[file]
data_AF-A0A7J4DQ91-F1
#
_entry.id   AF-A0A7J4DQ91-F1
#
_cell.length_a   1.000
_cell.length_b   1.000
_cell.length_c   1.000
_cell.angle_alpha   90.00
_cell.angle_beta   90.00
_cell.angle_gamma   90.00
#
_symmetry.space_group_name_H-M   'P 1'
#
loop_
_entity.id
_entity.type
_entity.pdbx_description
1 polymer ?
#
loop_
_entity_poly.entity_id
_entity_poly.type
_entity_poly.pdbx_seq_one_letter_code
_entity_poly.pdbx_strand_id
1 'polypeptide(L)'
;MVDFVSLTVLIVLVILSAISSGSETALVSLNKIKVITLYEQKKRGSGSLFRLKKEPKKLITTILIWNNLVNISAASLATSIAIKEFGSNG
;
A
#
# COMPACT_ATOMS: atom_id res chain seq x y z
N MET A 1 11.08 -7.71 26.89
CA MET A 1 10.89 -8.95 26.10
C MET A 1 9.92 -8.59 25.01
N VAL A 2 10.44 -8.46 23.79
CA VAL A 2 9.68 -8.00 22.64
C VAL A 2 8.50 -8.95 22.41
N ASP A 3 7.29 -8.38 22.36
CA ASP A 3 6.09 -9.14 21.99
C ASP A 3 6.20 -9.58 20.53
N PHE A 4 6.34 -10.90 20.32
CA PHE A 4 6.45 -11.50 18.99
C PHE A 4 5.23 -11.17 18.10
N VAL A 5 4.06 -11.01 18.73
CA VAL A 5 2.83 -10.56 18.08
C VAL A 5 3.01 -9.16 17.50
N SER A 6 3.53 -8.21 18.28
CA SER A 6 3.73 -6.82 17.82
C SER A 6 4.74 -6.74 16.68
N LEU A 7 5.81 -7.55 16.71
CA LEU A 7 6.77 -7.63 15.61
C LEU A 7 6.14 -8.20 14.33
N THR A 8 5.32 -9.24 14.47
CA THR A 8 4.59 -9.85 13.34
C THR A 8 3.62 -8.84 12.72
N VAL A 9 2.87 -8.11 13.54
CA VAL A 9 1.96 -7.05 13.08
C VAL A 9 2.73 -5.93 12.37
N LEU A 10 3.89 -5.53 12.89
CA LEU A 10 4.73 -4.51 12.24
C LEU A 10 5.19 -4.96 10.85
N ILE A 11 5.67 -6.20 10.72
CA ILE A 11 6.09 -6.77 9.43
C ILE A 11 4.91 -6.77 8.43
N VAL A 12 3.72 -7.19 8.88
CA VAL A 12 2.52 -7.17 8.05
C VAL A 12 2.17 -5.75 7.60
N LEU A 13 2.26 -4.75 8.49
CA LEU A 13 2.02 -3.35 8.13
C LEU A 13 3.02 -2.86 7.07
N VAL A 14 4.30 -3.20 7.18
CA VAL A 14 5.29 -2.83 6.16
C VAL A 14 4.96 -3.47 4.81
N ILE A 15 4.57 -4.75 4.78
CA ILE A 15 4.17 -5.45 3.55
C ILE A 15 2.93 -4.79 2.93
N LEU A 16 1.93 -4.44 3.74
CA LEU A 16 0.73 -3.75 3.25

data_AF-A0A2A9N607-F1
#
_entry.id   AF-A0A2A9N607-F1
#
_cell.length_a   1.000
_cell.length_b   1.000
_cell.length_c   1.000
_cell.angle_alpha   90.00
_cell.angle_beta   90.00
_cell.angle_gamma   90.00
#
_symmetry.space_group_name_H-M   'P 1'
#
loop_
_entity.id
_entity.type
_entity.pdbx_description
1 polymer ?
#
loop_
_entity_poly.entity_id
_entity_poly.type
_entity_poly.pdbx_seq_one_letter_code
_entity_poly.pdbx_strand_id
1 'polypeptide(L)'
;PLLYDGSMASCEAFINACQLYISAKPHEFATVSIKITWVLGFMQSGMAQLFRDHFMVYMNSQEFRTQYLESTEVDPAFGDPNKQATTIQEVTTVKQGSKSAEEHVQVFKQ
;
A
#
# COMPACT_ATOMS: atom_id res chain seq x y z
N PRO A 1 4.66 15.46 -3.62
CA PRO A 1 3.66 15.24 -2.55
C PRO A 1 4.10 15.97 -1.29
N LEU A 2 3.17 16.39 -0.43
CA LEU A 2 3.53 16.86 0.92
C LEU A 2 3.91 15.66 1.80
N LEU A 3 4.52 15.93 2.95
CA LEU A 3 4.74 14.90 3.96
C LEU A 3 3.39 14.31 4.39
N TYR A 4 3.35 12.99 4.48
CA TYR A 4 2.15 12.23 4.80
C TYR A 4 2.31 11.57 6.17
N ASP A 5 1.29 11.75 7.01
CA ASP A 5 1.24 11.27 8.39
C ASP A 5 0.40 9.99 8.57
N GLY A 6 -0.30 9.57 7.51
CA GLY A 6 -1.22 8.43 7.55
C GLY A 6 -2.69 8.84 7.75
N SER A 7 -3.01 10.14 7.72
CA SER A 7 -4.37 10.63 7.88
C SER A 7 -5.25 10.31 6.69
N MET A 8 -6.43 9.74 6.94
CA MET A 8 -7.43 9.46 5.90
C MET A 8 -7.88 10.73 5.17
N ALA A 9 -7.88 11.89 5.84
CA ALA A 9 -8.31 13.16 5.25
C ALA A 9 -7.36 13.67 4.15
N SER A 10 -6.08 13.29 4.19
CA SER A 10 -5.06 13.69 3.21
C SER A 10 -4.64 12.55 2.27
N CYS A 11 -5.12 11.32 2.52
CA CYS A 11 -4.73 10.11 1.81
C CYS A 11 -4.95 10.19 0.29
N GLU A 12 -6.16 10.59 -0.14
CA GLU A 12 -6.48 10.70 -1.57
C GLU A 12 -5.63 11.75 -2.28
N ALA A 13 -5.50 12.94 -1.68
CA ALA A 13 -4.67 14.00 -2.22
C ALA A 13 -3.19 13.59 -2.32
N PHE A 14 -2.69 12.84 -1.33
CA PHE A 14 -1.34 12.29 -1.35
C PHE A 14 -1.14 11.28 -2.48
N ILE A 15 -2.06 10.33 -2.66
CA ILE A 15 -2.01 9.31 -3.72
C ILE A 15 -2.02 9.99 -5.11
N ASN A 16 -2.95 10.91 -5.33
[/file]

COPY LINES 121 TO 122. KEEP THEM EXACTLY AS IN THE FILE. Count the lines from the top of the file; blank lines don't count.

CA ASP A 5 1.24 11.27 8.39
C ASP A 5 0.40 9.99 8.57